¡Presente! Music, Mobilization, and Global Engagement: The Case of the Coalition of Immokalee Workers Público

Soltis, Laura Emiko (2012)

Permanent URL: https://etd.library.emory.edu/concern/etds/sb397861m?locale=es


This dissertation presents a case study of the migrant farmworker movement led by the Coalition of Immokalee Workers (CIW) in Immokalee, Florida. I conducted an interdisciplinary investigation that brings together the fields of social movements, ethnomusicology, and global studies. The research focuses on the formation and maintenance of ethnically diverse movements, the form and function of music and cultural repertoires in mobilization, and the relationship between local movements and global cultural processes. The movement has achieved remarkable success, as indicated by its interethnic solidarity among workers from Mexico, Guatemala, and Haiti, and its attainment of significant material improvements, including wage increases and improved working conditions. I argue that the movement's cultural repertoires - such as music programs on CIW's radio station, Radio Conciencia, and visual arts in Immokalee, and music and theater performances in public protests - were crucial to the movement's success. Adopting an ethnographic approach, I conducted field research in Immokalee during the 2010-2011 tomato harvest season. I employed several interrelated research methods: interviews, participant observation, archival research, and photography. I also used the methods of ethnomusicology, which included tuning in to Radio Conciencia and performing the Mexican son jarocho tradition in public demonstrations. I found that farmworker unity was achieved through a forthright recognition of ethnic differences, in which ethnic identity took on new meanings to signify membership in an immigrant coalition. This articulation of ethnic identity was often expressed through music and other cultural practices. I also found that CIW's attainment of material gains, such as a 70 percent wage increase and new rights protections, did not result from an increase in power or changes in federal laws. It was achieved through a strategy that targeted multinational corporations with a human rights framework, bypassing obstacles imposed by the state and relying on the power of legitimacy in the world polity. CIW effectively shamed its adversaries and conferred legitimacy on the movement through vibrant demonstrations filled with music, art, and theater. This study contributes to the study of social movement culture and globalization because it demonstrates how cultural aspects of mobilization can help movements with few resources succeed.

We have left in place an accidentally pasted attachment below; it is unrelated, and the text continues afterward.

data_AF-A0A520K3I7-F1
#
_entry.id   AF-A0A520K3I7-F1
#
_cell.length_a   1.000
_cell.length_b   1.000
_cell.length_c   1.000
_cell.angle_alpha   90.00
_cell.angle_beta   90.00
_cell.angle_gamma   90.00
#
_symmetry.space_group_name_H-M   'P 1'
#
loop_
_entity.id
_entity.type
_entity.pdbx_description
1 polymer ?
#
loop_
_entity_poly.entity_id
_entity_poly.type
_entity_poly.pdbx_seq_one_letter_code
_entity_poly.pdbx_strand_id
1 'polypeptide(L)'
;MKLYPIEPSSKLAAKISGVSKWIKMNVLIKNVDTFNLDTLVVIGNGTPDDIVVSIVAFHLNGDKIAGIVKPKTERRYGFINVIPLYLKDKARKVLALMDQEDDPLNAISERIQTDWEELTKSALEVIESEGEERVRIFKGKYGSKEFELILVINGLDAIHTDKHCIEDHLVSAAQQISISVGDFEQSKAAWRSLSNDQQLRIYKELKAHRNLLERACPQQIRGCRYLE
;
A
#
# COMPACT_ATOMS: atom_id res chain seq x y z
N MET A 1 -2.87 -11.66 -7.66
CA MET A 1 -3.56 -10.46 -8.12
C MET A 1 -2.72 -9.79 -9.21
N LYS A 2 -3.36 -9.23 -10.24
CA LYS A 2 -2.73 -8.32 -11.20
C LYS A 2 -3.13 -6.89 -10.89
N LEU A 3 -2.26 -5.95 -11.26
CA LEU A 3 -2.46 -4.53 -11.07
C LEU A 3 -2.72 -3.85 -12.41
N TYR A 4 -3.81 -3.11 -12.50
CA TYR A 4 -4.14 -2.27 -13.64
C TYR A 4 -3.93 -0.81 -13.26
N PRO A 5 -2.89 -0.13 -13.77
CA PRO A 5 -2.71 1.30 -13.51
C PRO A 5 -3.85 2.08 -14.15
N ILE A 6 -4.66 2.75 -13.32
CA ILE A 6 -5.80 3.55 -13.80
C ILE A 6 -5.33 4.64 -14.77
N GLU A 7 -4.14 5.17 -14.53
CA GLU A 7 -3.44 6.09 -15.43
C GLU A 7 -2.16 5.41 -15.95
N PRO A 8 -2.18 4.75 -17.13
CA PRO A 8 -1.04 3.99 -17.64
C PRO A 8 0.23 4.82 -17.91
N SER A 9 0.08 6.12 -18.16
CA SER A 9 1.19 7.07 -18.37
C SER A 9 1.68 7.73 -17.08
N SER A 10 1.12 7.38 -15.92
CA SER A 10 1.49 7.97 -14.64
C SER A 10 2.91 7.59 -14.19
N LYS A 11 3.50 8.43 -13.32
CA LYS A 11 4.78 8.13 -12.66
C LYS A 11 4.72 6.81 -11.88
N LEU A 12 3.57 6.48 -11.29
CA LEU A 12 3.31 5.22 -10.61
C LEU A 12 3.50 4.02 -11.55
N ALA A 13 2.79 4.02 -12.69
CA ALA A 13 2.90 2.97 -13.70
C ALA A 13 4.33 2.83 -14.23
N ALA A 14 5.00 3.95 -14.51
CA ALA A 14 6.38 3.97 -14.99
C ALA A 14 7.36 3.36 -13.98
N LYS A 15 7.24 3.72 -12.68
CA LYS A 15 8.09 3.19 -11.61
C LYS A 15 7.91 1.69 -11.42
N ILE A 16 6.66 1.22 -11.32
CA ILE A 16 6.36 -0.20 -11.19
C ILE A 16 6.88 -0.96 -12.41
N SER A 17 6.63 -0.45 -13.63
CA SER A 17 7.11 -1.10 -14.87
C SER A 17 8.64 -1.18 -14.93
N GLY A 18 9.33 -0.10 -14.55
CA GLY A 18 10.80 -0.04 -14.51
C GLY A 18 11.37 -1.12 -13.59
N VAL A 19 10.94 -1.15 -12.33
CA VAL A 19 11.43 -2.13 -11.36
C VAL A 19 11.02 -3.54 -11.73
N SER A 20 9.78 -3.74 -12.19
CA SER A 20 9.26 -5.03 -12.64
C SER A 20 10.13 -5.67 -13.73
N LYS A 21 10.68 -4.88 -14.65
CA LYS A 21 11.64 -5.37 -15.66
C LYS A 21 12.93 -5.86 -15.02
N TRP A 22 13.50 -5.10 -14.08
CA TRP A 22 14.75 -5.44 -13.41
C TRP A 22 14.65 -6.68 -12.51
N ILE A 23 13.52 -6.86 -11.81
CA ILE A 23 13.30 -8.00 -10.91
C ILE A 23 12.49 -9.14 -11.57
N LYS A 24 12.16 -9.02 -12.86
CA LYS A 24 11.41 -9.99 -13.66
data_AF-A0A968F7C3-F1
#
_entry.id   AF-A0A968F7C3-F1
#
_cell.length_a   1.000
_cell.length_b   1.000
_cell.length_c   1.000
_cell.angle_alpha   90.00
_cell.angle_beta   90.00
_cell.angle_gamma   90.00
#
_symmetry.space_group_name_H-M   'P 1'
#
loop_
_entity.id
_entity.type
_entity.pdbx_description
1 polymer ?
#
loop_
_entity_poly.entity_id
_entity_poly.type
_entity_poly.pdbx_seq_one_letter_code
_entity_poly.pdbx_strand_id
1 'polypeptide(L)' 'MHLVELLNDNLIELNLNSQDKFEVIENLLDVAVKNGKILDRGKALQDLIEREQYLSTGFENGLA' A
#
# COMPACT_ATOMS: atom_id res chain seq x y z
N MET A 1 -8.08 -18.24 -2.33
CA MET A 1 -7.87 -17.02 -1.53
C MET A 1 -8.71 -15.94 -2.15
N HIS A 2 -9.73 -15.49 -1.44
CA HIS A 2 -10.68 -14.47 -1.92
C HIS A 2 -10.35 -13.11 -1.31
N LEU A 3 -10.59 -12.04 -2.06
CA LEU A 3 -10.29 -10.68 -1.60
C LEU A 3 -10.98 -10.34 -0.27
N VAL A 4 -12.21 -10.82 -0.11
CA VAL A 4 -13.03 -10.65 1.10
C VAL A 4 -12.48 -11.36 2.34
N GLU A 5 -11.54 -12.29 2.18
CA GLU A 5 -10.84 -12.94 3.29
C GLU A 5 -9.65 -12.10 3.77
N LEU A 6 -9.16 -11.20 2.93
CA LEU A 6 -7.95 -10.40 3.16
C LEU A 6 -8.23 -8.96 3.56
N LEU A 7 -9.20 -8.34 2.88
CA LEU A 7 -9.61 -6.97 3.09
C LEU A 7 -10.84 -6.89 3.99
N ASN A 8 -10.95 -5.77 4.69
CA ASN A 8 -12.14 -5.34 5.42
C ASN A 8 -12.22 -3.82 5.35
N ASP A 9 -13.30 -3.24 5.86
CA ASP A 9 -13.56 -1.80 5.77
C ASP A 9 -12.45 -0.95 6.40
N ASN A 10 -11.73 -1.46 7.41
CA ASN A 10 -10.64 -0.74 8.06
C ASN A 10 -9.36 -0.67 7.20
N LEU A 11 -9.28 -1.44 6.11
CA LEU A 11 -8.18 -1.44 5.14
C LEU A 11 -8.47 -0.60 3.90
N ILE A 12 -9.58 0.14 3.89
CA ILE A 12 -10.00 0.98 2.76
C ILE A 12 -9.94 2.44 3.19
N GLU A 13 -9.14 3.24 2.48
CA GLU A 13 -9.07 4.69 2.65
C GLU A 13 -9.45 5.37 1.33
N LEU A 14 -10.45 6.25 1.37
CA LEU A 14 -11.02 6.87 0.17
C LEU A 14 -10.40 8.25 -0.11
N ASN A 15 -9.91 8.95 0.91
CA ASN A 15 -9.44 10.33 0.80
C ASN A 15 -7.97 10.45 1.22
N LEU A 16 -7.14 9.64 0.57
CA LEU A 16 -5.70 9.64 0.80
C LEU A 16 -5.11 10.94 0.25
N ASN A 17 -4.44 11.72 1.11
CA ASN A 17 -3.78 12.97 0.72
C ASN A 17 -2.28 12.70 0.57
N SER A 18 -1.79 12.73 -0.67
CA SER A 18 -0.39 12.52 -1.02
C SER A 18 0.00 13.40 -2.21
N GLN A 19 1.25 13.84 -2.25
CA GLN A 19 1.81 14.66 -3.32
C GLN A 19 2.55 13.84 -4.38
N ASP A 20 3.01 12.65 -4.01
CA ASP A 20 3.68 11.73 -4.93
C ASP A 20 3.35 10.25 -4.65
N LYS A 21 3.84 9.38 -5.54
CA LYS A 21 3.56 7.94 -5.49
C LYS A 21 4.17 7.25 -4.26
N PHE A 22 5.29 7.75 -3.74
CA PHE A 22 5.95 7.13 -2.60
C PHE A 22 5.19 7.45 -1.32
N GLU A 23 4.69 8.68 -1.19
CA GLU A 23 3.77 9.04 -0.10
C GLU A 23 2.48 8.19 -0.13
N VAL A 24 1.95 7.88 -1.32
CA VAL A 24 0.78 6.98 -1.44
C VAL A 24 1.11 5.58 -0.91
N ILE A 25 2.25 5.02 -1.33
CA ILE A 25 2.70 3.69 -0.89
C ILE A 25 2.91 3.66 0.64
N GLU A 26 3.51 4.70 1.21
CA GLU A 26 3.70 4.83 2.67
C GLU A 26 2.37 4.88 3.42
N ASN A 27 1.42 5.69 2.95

Table of Contents


Introduction 1

Chapter 1 19

Social Movements: Navigating Culture and Global Crossroads

Chapter 2 51

Methodology and Analysis

Chapter 3 104

Racial Formation in U.S. Agriculture:

The Making of Farmworker Powerlessness

Chapter 4 149

The Coalition of Immokalee Workers:

Migration, Popular Education, and Interethnic Mobilization 1992-2000

Chapter 5 211

Radio Conciencia:

Music and Maintenance of the Farmworker Movement 2001-2011

Chapter 6 301

Performing Solidarity:

Music, Ritual, and Theater in Public Demonstrations 2001-2011

A Son Jarocho Case Study

Chapter 7 431

Global Engagement:

World Culture, Human Rights, and Local Movement Success

Conclusion 515


Oral Histories 531

Figures and Tables 546

Visual Appendix 584

Audio Appendix 625

Bibliography 626

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